According to a report in Bild newspaper, the finance ministry intends to change the current tax laws, which subject fast food sellers to 19 percent value added tax if their customers eat while seated, and only seven percent if customers eat while standing.
In the future, the ministry plans to just levy the seven percent rate.
Traditionally, ‘restaurant services’ are taxed at the standard 19 percent tax rate, but ‘food delivery’ is one of 50 categories that qualifies for Germany’s reduced tax rate.
Last year Germany’s top financial court ruled that fast food qualified as ‘food delivery’ – and the corresponding lower tax rate – if patrons ate their sausages or fries while standing.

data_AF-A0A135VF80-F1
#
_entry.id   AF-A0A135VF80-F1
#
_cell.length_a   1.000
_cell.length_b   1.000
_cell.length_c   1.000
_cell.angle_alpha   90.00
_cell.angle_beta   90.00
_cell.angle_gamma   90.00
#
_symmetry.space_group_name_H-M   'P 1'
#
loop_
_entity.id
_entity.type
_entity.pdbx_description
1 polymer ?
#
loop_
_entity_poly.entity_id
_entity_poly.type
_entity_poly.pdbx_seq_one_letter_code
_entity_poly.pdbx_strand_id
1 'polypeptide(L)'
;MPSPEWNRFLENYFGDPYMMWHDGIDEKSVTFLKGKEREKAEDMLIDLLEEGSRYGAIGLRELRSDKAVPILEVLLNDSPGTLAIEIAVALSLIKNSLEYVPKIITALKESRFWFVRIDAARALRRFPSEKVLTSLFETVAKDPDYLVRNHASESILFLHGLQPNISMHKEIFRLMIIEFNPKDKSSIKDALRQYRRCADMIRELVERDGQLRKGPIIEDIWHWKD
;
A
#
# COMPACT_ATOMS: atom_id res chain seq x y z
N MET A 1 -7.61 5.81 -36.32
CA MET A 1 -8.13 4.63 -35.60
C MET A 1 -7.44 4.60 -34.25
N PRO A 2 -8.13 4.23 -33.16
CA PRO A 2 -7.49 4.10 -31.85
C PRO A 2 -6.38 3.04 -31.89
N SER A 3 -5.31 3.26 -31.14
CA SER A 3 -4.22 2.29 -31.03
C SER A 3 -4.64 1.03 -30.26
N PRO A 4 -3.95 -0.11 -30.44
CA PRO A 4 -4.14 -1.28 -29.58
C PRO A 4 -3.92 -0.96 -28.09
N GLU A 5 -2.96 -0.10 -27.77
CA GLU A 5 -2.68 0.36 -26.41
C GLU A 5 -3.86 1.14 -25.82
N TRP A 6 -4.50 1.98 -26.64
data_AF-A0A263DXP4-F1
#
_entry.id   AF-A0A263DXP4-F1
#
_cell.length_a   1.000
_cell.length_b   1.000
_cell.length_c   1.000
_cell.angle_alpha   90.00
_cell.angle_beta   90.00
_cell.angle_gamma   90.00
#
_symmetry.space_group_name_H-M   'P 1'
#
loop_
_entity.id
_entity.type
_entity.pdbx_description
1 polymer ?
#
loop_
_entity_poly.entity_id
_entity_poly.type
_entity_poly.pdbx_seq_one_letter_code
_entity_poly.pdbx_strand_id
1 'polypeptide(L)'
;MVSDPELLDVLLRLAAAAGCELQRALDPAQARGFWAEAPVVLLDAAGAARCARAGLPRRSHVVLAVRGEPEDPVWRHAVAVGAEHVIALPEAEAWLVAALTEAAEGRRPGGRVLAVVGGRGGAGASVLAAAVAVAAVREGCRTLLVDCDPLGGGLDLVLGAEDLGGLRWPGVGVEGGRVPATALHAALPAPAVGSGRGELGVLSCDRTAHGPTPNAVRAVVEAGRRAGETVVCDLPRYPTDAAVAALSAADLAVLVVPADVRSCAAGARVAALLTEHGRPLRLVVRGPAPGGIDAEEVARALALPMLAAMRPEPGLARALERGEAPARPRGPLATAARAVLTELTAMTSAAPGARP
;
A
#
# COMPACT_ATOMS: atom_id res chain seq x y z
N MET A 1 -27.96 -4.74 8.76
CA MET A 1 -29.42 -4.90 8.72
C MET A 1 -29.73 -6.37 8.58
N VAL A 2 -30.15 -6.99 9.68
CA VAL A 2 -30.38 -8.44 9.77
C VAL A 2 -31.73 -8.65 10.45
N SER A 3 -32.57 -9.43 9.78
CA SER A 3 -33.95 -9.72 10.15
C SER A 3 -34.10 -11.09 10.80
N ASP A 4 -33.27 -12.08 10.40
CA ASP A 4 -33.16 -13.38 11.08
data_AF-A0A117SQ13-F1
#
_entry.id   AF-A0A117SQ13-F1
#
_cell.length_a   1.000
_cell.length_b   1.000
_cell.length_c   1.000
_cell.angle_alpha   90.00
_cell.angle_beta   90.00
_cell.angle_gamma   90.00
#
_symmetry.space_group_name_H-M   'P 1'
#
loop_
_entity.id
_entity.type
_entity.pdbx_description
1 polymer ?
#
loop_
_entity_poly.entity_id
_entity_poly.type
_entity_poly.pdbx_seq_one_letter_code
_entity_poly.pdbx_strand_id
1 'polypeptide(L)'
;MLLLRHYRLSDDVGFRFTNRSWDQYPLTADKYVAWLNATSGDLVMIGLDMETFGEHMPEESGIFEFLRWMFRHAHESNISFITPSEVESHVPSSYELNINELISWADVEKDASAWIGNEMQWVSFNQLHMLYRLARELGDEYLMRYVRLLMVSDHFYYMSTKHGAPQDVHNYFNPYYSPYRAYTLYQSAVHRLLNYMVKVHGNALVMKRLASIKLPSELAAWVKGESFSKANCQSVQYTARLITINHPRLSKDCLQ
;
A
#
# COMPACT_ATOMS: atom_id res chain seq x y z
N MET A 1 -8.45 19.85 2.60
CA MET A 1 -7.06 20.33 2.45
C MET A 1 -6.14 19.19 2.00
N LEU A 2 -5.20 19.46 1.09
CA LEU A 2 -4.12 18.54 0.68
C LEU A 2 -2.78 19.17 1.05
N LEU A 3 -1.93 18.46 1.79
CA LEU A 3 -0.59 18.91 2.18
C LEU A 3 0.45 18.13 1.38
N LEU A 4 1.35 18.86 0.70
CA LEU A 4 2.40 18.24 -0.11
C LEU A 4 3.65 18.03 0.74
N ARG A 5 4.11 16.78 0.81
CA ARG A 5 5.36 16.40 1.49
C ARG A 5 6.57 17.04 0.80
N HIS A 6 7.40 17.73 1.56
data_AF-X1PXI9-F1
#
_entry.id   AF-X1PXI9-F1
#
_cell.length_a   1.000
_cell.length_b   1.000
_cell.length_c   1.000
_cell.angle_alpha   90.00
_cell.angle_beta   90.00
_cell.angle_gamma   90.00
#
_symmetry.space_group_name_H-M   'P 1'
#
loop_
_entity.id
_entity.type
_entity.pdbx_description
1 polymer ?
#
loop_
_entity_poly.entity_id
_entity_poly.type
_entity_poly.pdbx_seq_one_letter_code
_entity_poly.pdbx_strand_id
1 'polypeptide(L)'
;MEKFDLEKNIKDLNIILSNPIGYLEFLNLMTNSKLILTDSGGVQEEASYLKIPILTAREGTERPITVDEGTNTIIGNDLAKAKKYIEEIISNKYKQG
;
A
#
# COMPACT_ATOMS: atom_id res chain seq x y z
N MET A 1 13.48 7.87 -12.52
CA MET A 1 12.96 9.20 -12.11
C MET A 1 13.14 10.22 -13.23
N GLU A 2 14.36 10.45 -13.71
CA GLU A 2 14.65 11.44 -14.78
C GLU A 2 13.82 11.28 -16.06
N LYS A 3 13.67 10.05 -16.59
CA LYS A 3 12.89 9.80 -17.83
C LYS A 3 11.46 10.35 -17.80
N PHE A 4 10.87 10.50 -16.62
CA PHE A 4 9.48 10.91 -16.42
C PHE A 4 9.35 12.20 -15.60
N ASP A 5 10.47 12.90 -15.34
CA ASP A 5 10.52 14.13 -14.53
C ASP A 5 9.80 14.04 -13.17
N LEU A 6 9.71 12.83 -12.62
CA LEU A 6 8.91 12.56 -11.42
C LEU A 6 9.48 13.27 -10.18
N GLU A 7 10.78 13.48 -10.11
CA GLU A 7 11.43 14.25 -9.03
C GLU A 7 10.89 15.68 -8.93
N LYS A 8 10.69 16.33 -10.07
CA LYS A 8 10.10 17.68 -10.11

The decision followed an earlier one by the European Court of Justice in Luxembourg, which ruled that popcorn and nachos served in cinemas must be taxed at the reduced rate of seven percent – insisting they fell under the category of food delivery. This was true, said the court, even if the items were heated.
Germany’s finance ministry is set to discuss changing the law sometime in September, Bild reported.
The reduced tax rate was originally introduced to prevent basic necessities from becoming too expensive for the poor, but the list of exceptions has since grown to include things like hotel stays and theatre tickets.
However, grocery products like meat, milk, coffee still make up the largest category of products taxed at the reduced rate.